Christ took up our human nature except for sin. But since after Adam’s sin nature was corrupt He did not come in the way of nature. He prepared for himself a pure tabernacle: “He came by a new and living way; not, indeed, formed out of the ground, as Adam was at the first, lest He should miss the participation of our nature, but selecting and purifying unto Himself a tabernacle out of that which existed. As in the beginning, woman was formed out of man by Almighty power, so now, by a like mystery, but a reverse order, the new Adam was fashioned from the woman. He was, as had been foretold, the immaculate “seed of the woman,” deriving His manhood from the substance of the Virgin Mary; as it is expressed in the articles of the Creed, “conceived by the Holy Ghost, born of the Virgin Mary.”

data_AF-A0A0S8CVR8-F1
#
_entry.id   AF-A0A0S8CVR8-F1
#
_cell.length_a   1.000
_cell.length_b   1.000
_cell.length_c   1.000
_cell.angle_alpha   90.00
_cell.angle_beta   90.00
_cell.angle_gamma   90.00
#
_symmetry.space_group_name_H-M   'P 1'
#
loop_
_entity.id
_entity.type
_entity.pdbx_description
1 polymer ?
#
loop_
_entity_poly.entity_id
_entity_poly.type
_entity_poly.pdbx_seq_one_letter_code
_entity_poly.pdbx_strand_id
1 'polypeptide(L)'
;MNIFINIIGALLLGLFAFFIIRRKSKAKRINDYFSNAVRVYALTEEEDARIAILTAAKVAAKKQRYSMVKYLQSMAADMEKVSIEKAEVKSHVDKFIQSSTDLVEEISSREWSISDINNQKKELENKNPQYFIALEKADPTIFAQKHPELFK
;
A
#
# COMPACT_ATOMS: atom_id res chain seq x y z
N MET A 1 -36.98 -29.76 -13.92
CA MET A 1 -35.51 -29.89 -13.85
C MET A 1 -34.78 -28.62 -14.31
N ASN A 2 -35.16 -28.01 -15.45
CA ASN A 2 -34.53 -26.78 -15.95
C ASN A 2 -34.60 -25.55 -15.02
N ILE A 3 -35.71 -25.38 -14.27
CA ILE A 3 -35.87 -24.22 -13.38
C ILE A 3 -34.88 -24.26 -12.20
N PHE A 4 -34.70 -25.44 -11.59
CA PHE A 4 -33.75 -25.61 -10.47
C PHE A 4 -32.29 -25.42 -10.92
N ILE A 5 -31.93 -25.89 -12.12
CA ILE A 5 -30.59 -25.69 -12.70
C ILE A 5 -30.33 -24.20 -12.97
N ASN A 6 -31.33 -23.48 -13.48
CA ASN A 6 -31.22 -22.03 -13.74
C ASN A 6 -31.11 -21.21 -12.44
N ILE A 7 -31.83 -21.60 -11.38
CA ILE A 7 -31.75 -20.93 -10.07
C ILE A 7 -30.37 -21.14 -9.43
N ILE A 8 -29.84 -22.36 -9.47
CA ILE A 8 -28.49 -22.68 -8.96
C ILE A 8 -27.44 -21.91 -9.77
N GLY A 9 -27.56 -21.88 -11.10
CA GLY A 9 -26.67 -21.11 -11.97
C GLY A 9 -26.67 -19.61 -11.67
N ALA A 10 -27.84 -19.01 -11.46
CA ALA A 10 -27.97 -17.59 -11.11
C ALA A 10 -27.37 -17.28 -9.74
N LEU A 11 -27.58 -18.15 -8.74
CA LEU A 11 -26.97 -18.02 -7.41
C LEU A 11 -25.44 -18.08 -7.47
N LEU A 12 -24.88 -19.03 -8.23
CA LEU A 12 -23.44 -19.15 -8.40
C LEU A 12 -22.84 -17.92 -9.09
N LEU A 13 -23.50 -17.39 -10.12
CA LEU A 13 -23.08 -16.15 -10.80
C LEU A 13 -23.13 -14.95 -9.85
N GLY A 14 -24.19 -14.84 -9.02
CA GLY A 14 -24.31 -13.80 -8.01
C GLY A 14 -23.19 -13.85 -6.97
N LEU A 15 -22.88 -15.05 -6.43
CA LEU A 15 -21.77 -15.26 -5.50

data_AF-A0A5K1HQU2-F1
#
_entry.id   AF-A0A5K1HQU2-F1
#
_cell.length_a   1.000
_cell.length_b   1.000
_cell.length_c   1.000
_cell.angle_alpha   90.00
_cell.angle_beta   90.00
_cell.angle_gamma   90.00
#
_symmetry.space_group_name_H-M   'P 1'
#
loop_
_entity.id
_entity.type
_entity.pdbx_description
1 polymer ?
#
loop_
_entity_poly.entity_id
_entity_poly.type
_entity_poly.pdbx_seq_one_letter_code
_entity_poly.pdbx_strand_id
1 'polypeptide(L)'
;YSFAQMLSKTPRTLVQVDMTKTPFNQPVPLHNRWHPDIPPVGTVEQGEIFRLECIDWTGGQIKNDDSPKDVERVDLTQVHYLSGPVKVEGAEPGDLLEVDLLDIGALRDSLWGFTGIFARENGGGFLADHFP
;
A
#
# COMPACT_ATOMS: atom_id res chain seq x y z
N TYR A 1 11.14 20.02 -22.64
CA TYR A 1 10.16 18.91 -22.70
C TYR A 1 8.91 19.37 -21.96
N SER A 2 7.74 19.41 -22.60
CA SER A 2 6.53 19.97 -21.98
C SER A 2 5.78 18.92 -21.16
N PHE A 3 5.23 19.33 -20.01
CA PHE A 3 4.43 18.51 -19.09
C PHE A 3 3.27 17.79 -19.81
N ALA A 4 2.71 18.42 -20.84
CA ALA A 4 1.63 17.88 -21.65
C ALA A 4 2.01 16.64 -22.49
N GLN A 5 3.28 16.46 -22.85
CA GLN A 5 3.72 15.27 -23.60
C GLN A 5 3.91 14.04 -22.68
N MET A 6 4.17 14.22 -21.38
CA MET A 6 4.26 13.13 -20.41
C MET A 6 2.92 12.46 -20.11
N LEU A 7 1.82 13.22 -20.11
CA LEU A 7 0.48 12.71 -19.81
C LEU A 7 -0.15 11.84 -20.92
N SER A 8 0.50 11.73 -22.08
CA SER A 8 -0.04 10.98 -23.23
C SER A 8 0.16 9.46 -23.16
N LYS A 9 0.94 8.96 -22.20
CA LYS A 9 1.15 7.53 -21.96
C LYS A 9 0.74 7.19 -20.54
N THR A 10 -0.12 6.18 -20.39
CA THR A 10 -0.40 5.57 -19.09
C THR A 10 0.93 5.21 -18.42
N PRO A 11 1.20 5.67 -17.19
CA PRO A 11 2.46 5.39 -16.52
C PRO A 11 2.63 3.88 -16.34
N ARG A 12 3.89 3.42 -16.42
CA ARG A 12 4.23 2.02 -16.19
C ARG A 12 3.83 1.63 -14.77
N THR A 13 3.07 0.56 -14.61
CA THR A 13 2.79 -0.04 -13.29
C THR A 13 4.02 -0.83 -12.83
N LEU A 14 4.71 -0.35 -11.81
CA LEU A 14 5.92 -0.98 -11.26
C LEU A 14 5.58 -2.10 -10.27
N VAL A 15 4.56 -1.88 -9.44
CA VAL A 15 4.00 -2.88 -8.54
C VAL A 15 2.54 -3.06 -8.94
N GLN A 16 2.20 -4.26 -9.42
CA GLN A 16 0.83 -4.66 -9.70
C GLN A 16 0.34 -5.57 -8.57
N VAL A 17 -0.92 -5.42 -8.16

Newman calls Mary by the words of Scripture “an enclosed garden, a spring shut up, a fountain sealed” chosen by God for the new creation of God. In the Incarnation the divine takes the human and makes it divine.

“He, the Son of Mary, and she (if it may be said), the mother of God. Thus He came, selecting and setting apart for Himself the elements of body and soul; then, uniting them, to Himself from their first origin of existence, pervading them, hallowing them by His own Divinity, spiritualizing them, and filling them with light and purity, the while they continued to be human, and for a time mortal and exposed to infirmity.”

The Eternal Essence was one with the body and rational soul of the man so that Christ was truly God and Man, One Person, “as we are soul and body, yet one man, so truly God and man are not two, but One Christ.” And through this Sacred Humanity Jesus lived among men, chose his Apostles, ministered to men, suffered the Passion and Death, and rose from the dead. This is the mystery of the Incarnation spoken of in the text “The Word was made flesh, and dwelt among us.”